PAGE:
From today's UK papers

December 14, 2000


Researchers at the University of North Carolina and North Carolina State University have reported that they have altered the flow of electricity through tiny carbon nanotubes by rotating them, like controlling the flow of electricity to a light bulb by turning a dimmer switch.

Jellyfish may hold the secret to the quest to create better light-emitting diodes, according to a group of researchers from the University of Southern California.

Anyone looking for a white Christmas should turn to the internet, where a physics professor from California has set up a website covering every aspect of snow.

Researchers at Friedrich Schiller University in Jena, Germany, have been looking at how phytoplankton, the photosynthesising microscopic plants that are at the bottom of the food chain, use chemistry to deter their predators - including other forms of plankton.


The government is expected to call a snap vote in parliament on relaxing the rules about using human embryos for scientific research, provoking fears among patient groups and scientists that the long-awaited measure could be defeated.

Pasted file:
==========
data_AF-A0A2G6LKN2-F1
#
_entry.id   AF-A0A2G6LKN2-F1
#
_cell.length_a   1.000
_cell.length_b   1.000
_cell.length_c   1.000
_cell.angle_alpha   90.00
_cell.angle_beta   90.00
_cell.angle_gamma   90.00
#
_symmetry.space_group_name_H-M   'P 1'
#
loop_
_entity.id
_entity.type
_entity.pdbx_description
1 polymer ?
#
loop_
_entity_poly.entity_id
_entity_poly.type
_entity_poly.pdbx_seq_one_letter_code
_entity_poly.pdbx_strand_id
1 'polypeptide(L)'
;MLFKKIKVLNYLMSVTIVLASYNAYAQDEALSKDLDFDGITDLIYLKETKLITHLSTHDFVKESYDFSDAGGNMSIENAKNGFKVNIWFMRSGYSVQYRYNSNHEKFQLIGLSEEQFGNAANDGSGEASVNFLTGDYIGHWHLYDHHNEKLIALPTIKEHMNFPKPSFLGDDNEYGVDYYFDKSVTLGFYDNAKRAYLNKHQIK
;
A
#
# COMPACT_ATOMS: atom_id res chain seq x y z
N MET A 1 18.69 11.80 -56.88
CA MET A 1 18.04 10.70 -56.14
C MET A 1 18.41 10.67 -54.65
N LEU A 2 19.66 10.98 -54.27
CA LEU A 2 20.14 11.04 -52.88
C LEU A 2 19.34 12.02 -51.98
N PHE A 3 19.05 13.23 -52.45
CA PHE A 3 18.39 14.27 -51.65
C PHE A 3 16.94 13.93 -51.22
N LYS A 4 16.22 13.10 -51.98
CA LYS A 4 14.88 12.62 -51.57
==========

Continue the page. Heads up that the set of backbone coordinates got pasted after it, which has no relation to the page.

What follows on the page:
Winnie the Pooh and his mates are "seriously troubled individuals" and in dire need of psychoactive drugs, researchers from the University of Halifax, Canada, have said.


Neuroscientists at Vanderbilt University, Nashville, Tennessee, say that they have worked out for the first time just what happens in our heads when we realise we have made a mistake.


Germany's reputation as the powerhouse of European science and research is under threat because of an accelerating brain drain.


Anne Treneman investigates a dispute between the pharmaceutical company Apotex and medical researcher Nancy Olivieri over the new drug deferiprone: already it has led to lawsuits, gags, firings, hate mail and claims of intimidation.

A Cornell University laboratory study that suggested GM crops harmed butterflies provoked protests across Europe but now environmentalists are having to backtrack as field trials fail to confirm the risk.


Thale cress is a weed but it promises to trigger a new agricultural revolution: for the first time, scientists have unravelled the complete DNA blueprint of a plant
( Guardian , Daily Mail , Daily Telegraph , Times ).

A lesson learnt the hard way by thousands of dog owners has finally been proved by scientists at the Max Planck Institute for Evolutionary Anthropology in Leipzig: man's best friend is a cunning creature that will watch its master intently, ready to be disobedient the moment he is not looking ( Daily Telegraph , Times ).

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